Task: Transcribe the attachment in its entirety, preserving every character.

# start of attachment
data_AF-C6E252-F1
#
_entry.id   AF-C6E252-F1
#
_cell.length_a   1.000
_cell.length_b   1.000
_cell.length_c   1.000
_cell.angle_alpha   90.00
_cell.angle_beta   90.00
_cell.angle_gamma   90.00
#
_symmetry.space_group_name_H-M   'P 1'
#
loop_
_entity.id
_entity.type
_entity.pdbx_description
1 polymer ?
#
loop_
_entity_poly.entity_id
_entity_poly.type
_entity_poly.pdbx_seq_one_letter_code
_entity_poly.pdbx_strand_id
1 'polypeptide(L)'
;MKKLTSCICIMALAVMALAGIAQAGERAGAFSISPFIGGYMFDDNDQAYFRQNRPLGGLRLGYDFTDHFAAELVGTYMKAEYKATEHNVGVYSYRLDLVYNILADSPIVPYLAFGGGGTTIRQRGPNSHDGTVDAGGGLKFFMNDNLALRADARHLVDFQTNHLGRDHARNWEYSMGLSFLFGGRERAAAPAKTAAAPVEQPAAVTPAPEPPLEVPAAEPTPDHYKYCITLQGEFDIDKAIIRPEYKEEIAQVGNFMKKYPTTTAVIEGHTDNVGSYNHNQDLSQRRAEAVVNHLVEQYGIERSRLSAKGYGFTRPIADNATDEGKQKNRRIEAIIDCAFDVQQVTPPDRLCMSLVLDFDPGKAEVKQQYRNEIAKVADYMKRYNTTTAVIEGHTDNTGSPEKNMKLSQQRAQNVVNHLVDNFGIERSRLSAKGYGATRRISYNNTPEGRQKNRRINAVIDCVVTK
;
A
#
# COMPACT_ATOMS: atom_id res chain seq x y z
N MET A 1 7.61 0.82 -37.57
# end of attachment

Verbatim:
data_AF-C6E252-F1
#
_entry.id   AF-C6E252-F1
#
_cell.length_a   1.000
_cell.length_b   1.000
_cell.length_c   1.000
_cell.angle_alpha   90.00
_cell.angle_beta   90.00
_cell.angle_gamma   90.00
#
_symmetry.space_group_name_H-M   'P 1'
#
loop_
_entity.id
_entity.type
_entity.pdbx_description
1 polymer ?
#
loop_
_entity_poly.entity_id
_entity_poly.type
_entity_poly.pdbx_seq_one_letter_code
_entity_poly.pdbx_strand_id
1 'polypeptide(L)'
;MKKLTSCICIMALAVMALAGIAQAGERAGAFSISPFIGGYMFDDNDQAYFRQNRPLGGLRLGYDFTDHFAAELVGTYMKAEYKATEHNVGVYSYRLDLVYNILADSPIVPYLAFGGGGTTIRQRGPNSHDGTVDAGGGLKFFMNDNLALRADARHLVDFQTNHLGRDHARNWEYSMGLSFLFGGRERAAAPAKTAAAPVEQPAAVTPAPEPPLEVPAAEPTPDHYKYCITLQGEFDIDKAIIRPEYKEEIAQVGNFMKKYPTTTAVIEGHTDNVGSYNHNQDLSQRRAEAVVNHLVEQYGIERSRLSAKGYGFTRPIADNATDEGKQKNRRIEAIIDCAFDVQQVTPPDRLCMSLVLDFDPGKAEVKQQYRNEIAKVADYMKRYNTTTAVIEGHTDNTGSPEKNMKLSQQRAQNVVNHLVDNFGIERSRLSAKGYGATRRISYNNTPEGRQKNRRINAVIDCVVTK
;
A
#
# COMPACT_ATOMS: atom_id res chain seq x y z
N MET A 1 7.61 0.82 -37.57